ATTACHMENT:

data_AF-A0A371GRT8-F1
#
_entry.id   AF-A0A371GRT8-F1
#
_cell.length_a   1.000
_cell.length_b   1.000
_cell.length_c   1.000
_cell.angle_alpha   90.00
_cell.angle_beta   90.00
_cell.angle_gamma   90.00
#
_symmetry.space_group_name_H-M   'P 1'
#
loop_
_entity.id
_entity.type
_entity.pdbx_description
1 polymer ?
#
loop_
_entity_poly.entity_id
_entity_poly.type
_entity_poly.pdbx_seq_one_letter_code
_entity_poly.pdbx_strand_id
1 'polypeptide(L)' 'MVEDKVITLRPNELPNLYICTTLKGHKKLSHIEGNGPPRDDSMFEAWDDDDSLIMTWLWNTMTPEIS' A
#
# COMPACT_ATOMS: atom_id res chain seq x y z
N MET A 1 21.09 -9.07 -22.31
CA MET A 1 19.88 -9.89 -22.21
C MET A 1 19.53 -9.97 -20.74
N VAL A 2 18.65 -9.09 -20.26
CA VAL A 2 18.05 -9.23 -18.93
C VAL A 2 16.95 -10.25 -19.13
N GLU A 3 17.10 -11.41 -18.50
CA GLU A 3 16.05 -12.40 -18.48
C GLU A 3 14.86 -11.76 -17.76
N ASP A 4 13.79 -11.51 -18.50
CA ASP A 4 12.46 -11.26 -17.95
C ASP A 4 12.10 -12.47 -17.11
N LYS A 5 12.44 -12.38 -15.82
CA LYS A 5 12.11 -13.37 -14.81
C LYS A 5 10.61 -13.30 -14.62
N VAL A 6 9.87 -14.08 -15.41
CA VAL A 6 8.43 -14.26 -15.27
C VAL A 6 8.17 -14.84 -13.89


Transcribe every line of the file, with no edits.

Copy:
data_AF-A0A371GRT8-F1
#
_entry.id   AF-A0A371GRT8-F1
#
_cell.length_a   1.000
_cell.length_b   1.000
_cell.length_c   1.000
_cell.angle_alpha   90.00
_cell.angle_beta   90.00
_cell.angle_gamma   90.00
#
_symmetry.space_group_name_H-M   'P 1'
#
loop_
_entity.id
_entity.type
_entity.pdbx_description
1 polymer ?
#
loop_
_entity_poly.entity_id
_entity_poly.type
_entity_poly.pdbx_seq_one_letter_code
_entity_poly.pdbx_strand_id
1 'polypeptide(L)' 'MVEDKVITLRPNELPNLYICTTLKGHKKLSHIEGNGPPRDDSMFEAWDDDDSLIMTWLWNTMTPEIS' A
#
# COMPACT_ATOMS: atom_id res chain seq x y z
N MET A 1 21.09 -9.07 -22.31
CA MET A 1 19.88 -9.89 -22.21
C MET A 1 19.53 -9.97 -20.74
N VAL A 2 18.65 -9.09 -20.26
CA VAL A 2 18.05 -9.23 -18.93
C VAL A 2 16.95 -10.25 -19.13
N GLU A 3 17.10 -11.41 -18.50
CA GLU A 3 16.05 -12.40 -18.48
C GLU A 3 14.86 -11.76 -17.76
N ASP A 4 13.79 -11.51 -18.50
CA ASP A 4 12.46 -11.26 -17.95
C ASP A 4 12.10 -12.47 -17.11
N LYS A 5 12.44 -12.38 -15.82
CA LYS A 5 12.11 -13.37 -14.81
C LYS A 5 10.61 -13.30 -14.62
N VAL A 6 9.87 -14.08 -15.41
CA VAL A 6 8.43 -14.26 -15.27
C VAL A 6 8.17 -14.84 -13.89